• Thanks for the book recommendations. I've heard so many good things about The Disciplined Trader book that I will have to give it a go. The same goes for Steenbarger's two books. I must say that over the past six months or so, even though I haven't touched any books of this variety, I feel I have learned even more from looking within, and from the comments others have provided on my blog. Still, it is important to keep the door open and to always be learning, so I will give these books a try. We journey onwards, and hopefully upwards.

    Lastly, from NYSE Scalper's site I found this link quite insightful: http://trade4cash.blogspot.... .

    all the best

  • Caravaggio: Thank you for the comment and insights.

    You're right - this is a good illustration regarding enhancing the core and branching out. This is the case in most athletics too. In trading, you have to know your risk tolerance, preferences, biases, knowledge levels (how to grow) and so much more. It is an immensely personal and difficult journey at times.

    The "U" shaped experience you described fits me perfectly, and I'm sure it fits so many other traders. I came in during a rising bull market and thought I was a genius, then got overly aggressive, blew out all my gains and much more, and walked away for a while. I couldn't stay away, and so I kept learning and reading and studying. Every attempt I made to return never had the "arrogance" (false confidence) I had at the early stage. Eventually, you give it up or keep going. There were times where I walked away for good... only to return. It really was my persistence, more than my confidence, that kept me from permanently throwing it in. Besides, I love it - the game is fun.

    Mark Douglas's book The Disciplined Trader did the best job for me in explaining how fear mentalities set-up and keep you from profitability. To overcome this, it took more reading than one book and then what helped was actually taking trades and taking on risk and seeing for myself that what I feared (losses, being a loser, not being perfect) wasn't so bad. Brett Steenbarger's book Enhancing Trader Performance also is a great resource for structured learning that helps you achieve new levels in trading (and does a great job of describing "Trading Traumas").

    It took a long time to get back to confidence and I approached trading with a fear mentality for a long time (trading "not to lose" vs. "trading to win"), and I'm still not where I was when I was "ignorant but blissful" to the risk in the market and in trading. I don't know if I ever will be able to get that overcondifent again - nor should I. I've had too many nasty losses that keep me gounded as risk-averse, and that is working for me - slowly but steadily, with high-probability trades that create an edge over time. I still have plenty of losses, but they're not "nasty" or debilitating.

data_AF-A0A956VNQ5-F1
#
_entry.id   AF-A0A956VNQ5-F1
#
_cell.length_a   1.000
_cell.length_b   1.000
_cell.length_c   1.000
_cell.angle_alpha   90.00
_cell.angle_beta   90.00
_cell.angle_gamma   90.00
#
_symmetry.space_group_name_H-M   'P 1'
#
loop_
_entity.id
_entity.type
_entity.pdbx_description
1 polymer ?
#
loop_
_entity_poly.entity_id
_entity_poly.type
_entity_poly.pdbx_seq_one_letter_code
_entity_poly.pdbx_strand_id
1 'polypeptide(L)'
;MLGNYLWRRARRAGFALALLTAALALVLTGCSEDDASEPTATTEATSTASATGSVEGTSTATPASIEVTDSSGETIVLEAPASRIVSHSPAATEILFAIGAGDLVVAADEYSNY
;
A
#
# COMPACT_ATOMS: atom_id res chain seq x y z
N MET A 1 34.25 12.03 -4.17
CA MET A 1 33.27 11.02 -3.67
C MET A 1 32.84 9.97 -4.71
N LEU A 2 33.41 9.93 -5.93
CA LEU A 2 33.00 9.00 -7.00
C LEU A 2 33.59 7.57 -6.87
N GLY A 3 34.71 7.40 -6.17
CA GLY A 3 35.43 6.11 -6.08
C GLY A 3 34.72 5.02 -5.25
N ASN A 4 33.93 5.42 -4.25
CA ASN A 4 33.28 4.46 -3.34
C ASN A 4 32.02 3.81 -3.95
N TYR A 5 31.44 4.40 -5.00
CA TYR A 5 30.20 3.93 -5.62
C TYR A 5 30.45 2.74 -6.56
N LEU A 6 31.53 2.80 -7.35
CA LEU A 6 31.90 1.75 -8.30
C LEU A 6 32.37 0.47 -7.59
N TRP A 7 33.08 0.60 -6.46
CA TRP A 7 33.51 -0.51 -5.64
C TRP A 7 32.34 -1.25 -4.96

Development is probably like any price swing chart we view. Higher highs are followed by consolidation or pullbacks and a base, only to swing higher, consolidate more, retrace a bit, swing higher, etc. Trading development is described as 2 steps forward, 1 back (or sometimes 1 forward, 2 back!).

    My best to you.

  • I like you last point best.

    "Expanding knowledge also means testing your strategy or gathering more data on yourself and your strategies." - Knowing yourself, or myself, comes top of the list for me. I believe in strengthening the core, branching out, returning to the core, and repeating, over and over.

    "Through increased knowledge, fear and anxiety should decrease as confidence in yourself and your abilities increase." - This makes sense, although my experience was U shaped. I approached trading with a false sense of security and heightened confidence. This was shot to pieces as my results fell apart and as increased knowledge produced an increased awareness of the possibility for failure, black swans etc. But now, I feel I my confidence is returning. I don't know whether this will be cyclical.